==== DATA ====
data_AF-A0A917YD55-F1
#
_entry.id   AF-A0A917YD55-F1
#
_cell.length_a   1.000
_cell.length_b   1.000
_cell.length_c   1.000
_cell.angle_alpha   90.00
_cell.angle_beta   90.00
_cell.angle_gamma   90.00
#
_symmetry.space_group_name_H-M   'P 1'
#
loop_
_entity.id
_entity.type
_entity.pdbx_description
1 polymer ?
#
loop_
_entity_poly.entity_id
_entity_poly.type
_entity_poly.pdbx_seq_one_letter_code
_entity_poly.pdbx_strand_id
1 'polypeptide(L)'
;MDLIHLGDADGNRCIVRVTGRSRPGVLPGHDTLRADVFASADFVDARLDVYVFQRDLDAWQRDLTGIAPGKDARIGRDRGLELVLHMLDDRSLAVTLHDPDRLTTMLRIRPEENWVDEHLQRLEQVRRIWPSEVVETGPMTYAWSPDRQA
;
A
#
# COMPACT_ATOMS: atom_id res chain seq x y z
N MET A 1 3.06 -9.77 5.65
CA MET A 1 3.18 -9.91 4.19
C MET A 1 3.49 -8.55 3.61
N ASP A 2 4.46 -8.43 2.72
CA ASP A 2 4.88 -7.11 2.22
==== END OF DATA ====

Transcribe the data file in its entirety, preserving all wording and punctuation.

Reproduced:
data_AF-A0A917YD55-F1
#
_entry.id   AF-A0A917YD55-F1
#
_cell.length_a   1.000
_cell.length_b   1.000
_cell.length_c   1.000
_cell.angle_alpha   90.00
_cell.angle_beta   90.00
_cell.angle_gamma   90.00
#
_symmetry.space_group_name_H-M   'P 1'
#
loop_
_entity.id
_entity.type
_entity.pdbx_description
1 polymer ?
#
loop_
_entity_poly.entity_id
_entity_poly.type
_entity_poly.pdbx_seq_one_letter_code
_entity_poly.pdbx_strand_id
1 'polypeptide(L)'
;MDLIHLGDADGNRCIVRVTGRSRPGVLPGHDTLRADVFASADFVDARLDVYVFQRDLDAWQRDLTGIAPGKDARIGRDRGLELVLHMLDDRSLAVTLHDPDRLTTMLRIRPEENWVDEHLQRLEQVRRIWPSEVVETGPMTYAWSPDRQA
;
A
#
# COMPACT_ATOMS: atom_id res chain seq x y z
N MET A 1 3.06 -9.77 5.65
CA MET A 1 3.18 -9.91 4.19
C MET A 1 3.49 -8.55 3.61
N ASP A 2 4.46 -8.43 2.72
CA ASP A 2 4.88 -7.11 2.22